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Understanding the Privacy Act and How to Build Your Database


Leveraging your patient list for your marketing efforts is a great way to keep patients involved, interested, and coming back to see you when it’s time for another eye exam, specialty service, or a new pair of eyeglasses. But with today’s complicated privacy laws, how do you use text or email campaigns without accidentally crossing into illegal territory?

We’ve put together some information on North American privacy laws that can help you make the most of your patient list without causing legal trouble.

Disclaimer: This blog is only meant to serve as a guideline and does not replace or supersede the legislature it discusses. Please refer to the original laws to ensure you understand the full scope of each one and contact legal counsel if you have any questions.

Federal Laws

HIPAA (United States of America)

The Health Insurance Portability and Accountability Act was passed in 1994, and while it serves several purposes, one of them is to enforce some privacy standards relating to individually identifiable health information. Here’s a summary what you need to know about the HIPAA Privacy Rule when building and using your patient database.

Health Insurance Portability and Accountability Act
  • The Privacy Rule is meant to protect all “individually identifiable health information” that you might get from your patients. The way you get that information doesn’t matter; whether you hear it verbally, read it in an email, or your patient fills it out in an online form, that information is protected. Individually identifiable health information includes:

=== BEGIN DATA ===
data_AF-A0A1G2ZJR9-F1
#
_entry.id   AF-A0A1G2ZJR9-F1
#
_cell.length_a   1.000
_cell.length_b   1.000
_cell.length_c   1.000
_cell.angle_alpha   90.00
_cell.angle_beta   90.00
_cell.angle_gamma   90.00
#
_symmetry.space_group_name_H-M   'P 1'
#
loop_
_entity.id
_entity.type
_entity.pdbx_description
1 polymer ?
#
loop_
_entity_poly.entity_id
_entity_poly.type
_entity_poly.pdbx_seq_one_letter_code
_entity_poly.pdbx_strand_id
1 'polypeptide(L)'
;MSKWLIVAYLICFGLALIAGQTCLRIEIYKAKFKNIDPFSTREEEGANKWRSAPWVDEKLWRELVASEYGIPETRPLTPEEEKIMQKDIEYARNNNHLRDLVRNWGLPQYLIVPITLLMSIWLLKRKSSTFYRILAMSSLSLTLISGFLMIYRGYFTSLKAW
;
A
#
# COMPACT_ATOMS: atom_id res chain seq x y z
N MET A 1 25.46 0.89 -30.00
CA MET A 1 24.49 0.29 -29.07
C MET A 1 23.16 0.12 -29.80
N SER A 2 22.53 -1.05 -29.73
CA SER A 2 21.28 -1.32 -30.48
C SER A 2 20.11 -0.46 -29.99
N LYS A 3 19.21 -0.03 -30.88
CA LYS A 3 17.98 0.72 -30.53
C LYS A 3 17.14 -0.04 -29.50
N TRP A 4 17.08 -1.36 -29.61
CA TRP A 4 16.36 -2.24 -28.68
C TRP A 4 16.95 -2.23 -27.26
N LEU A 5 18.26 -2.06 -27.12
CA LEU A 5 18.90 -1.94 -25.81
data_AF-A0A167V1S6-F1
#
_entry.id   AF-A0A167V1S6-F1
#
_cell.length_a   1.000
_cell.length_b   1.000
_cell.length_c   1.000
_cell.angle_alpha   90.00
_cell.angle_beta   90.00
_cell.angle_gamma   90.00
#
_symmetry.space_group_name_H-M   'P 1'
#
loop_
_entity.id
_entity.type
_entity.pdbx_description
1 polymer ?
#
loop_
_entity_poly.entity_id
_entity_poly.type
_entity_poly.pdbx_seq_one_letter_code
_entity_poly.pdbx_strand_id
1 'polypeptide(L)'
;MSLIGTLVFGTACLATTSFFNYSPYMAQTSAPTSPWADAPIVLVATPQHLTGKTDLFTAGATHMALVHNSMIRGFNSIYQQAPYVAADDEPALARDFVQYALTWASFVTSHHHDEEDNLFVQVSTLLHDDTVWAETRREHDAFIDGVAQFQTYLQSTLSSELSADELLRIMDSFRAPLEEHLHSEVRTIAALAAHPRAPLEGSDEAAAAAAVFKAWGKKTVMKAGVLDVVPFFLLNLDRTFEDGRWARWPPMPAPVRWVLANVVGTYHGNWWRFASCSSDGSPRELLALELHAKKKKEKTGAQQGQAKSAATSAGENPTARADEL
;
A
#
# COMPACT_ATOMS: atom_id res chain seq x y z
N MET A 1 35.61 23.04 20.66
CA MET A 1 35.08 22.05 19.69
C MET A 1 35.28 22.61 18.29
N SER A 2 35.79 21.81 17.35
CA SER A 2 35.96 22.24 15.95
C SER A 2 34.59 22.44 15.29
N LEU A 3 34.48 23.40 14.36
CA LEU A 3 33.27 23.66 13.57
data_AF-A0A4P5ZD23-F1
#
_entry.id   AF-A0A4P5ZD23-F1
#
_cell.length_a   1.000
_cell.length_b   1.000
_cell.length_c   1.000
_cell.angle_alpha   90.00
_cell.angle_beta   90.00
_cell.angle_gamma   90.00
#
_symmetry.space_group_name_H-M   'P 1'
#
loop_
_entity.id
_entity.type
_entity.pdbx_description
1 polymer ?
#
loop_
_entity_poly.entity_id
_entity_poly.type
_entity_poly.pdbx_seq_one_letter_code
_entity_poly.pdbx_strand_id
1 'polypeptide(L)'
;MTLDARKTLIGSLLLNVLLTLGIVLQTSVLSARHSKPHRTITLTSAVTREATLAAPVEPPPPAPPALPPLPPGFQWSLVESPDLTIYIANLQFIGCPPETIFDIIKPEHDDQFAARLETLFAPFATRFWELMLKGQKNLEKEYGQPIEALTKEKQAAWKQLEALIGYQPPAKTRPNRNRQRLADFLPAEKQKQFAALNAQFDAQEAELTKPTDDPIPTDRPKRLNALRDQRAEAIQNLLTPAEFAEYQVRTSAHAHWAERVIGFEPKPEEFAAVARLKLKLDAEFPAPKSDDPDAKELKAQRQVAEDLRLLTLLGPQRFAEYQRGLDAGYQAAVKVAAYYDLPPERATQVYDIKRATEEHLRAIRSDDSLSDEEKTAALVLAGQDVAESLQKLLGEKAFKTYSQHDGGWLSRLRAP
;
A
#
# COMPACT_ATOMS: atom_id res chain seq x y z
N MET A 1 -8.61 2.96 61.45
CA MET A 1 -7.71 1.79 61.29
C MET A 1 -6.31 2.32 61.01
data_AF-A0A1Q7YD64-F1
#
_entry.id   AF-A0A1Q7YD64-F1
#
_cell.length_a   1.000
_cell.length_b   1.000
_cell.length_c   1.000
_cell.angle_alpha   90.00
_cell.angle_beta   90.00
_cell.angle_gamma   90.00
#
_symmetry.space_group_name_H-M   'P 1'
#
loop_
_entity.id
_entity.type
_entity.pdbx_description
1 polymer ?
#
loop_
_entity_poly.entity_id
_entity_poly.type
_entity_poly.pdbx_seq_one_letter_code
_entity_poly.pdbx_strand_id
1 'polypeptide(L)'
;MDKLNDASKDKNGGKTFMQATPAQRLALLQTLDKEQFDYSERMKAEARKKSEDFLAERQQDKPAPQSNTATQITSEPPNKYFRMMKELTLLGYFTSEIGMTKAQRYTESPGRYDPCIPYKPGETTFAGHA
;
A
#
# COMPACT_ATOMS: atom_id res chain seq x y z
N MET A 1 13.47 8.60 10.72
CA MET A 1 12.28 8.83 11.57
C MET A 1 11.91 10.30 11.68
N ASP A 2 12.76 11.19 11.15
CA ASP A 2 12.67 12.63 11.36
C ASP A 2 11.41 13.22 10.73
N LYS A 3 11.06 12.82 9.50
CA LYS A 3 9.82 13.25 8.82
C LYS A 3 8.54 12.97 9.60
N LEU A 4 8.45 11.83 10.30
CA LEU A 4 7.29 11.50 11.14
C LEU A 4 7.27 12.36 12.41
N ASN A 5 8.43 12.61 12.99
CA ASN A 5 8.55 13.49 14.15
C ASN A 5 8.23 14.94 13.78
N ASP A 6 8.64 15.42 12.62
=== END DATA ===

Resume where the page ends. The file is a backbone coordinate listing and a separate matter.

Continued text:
• The patient’s name, address, birthday, or social insurance number
    • The patient’s past, present, or future mental or physical health condition
    • Any services or care you’ve provided to the patient in the past or are currently providing the patient
    • Any other information that one might reasonably believe could be used to identify your patient
  • You need your patient’s express written permission to use or disclose their information for any marketing efforts. Your intended use or disclosure of the information needs to be clearly defined in plain language to make sure your patient understands what they’re agreeing to. Your patient also needs to have the opportunity to revoke their consent at any point